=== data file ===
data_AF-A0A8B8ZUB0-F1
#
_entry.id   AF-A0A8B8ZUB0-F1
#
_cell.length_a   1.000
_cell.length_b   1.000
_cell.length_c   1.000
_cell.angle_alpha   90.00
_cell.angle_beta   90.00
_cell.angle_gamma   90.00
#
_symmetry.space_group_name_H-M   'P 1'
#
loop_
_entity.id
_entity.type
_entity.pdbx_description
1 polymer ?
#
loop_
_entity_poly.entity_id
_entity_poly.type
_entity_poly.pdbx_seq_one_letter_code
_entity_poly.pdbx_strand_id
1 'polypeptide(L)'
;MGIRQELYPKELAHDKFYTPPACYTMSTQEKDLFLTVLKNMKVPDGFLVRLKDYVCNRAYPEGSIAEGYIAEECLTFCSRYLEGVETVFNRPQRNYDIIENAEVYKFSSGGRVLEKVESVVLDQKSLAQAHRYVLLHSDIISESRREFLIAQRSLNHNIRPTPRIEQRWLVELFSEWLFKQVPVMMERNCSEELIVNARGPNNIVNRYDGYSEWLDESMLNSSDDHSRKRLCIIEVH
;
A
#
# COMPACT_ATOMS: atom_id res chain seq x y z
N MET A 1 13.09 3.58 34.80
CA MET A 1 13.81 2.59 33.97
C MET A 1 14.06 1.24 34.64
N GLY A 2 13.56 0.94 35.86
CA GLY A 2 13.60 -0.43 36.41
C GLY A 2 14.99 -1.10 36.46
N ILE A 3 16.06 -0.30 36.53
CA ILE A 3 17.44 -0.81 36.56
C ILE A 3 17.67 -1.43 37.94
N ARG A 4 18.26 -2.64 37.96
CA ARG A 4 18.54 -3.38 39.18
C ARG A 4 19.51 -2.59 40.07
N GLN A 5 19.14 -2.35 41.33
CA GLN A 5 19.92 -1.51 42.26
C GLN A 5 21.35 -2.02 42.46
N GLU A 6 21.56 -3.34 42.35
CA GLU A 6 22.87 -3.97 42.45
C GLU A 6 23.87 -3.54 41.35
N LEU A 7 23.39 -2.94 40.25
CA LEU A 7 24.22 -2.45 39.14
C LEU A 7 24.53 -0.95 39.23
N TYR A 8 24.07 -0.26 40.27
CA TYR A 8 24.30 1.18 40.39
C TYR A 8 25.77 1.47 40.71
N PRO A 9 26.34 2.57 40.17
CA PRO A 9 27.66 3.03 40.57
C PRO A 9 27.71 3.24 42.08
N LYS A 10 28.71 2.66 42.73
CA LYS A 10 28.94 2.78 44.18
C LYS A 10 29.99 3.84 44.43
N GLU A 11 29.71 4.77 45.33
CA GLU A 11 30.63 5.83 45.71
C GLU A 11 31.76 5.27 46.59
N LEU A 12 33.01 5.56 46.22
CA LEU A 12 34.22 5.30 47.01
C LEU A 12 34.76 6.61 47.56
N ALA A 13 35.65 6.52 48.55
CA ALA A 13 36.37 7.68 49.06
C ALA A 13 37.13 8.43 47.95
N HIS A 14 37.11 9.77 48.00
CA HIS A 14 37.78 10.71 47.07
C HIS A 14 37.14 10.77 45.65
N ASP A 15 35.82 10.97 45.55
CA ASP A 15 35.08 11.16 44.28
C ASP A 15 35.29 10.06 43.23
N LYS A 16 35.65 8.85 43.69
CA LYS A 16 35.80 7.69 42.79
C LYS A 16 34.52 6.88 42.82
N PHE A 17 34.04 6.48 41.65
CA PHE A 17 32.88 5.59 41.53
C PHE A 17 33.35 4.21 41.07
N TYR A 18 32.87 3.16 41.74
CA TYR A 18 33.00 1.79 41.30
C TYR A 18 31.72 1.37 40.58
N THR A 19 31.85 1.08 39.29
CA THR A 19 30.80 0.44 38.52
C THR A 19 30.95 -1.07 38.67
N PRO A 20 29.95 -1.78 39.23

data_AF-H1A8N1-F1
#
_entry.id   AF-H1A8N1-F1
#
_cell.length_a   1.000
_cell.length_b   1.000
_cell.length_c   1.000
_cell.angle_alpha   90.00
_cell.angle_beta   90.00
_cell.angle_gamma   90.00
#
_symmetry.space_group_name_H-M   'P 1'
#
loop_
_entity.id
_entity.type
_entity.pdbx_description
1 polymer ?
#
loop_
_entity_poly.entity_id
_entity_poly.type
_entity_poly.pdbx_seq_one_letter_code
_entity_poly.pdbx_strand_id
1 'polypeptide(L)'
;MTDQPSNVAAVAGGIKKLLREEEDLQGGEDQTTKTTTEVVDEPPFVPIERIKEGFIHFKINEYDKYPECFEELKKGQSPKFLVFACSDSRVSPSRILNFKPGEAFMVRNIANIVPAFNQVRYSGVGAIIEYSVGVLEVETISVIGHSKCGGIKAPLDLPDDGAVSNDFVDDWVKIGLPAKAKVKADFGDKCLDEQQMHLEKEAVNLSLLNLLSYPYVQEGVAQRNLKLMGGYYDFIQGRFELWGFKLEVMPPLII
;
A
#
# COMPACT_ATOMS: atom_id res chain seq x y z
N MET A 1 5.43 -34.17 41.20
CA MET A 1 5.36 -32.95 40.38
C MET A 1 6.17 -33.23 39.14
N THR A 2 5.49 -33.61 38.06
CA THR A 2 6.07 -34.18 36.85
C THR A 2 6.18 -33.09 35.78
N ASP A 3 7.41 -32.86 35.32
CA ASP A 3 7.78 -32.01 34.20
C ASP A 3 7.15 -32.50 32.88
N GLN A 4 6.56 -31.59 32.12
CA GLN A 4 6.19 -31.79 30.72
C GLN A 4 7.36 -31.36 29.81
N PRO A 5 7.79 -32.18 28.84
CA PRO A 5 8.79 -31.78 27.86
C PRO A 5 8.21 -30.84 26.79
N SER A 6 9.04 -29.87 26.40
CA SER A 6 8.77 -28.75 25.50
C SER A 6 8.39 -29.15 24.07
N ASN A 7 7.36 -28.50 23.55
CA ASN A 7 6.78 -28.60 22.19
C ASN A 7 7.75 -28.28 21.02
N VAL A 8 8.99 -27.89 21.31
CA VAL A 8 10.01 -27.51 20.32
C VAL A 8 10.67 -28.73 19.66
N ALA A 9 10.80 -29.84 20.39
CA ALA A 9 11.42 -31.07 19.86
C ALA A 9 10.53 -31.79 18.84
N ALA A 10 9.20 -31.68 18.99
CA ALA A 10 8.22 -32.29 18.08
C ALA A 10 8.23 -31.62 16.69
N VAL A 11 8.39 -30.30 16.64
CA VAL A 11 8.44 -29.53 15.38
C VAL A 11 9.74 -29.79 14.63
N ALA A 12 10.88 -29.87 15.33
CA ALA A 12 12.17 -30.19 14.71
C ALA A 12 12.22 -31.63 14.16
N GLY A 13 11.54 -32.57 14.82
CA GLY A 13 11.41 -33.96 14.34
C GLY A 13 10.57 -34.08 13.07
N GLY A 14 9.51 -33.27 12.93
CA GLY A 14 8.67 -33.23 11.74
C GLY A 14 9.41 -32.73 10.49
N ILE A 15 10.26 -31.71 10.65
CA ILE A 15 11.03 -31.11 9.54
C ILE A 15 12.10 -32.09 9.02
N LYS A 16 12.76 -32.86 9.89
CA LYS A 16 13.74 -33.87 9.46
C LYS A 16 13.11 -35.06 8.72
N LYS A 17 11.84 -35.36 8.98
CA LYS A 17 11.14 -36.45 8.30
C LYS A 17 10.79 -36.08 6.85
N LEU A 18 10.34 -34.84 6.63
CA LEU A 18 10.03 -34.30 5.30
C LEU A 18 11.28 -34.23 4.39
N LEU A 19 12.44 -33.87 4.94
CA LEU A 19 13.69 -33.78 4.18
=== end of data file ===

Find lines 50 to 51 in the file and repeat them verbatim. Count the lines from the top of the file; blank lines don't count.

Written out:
CA LEU A 7 24.22 -2.45 39.14
C LEU A 7 24.53 -0.95 39.23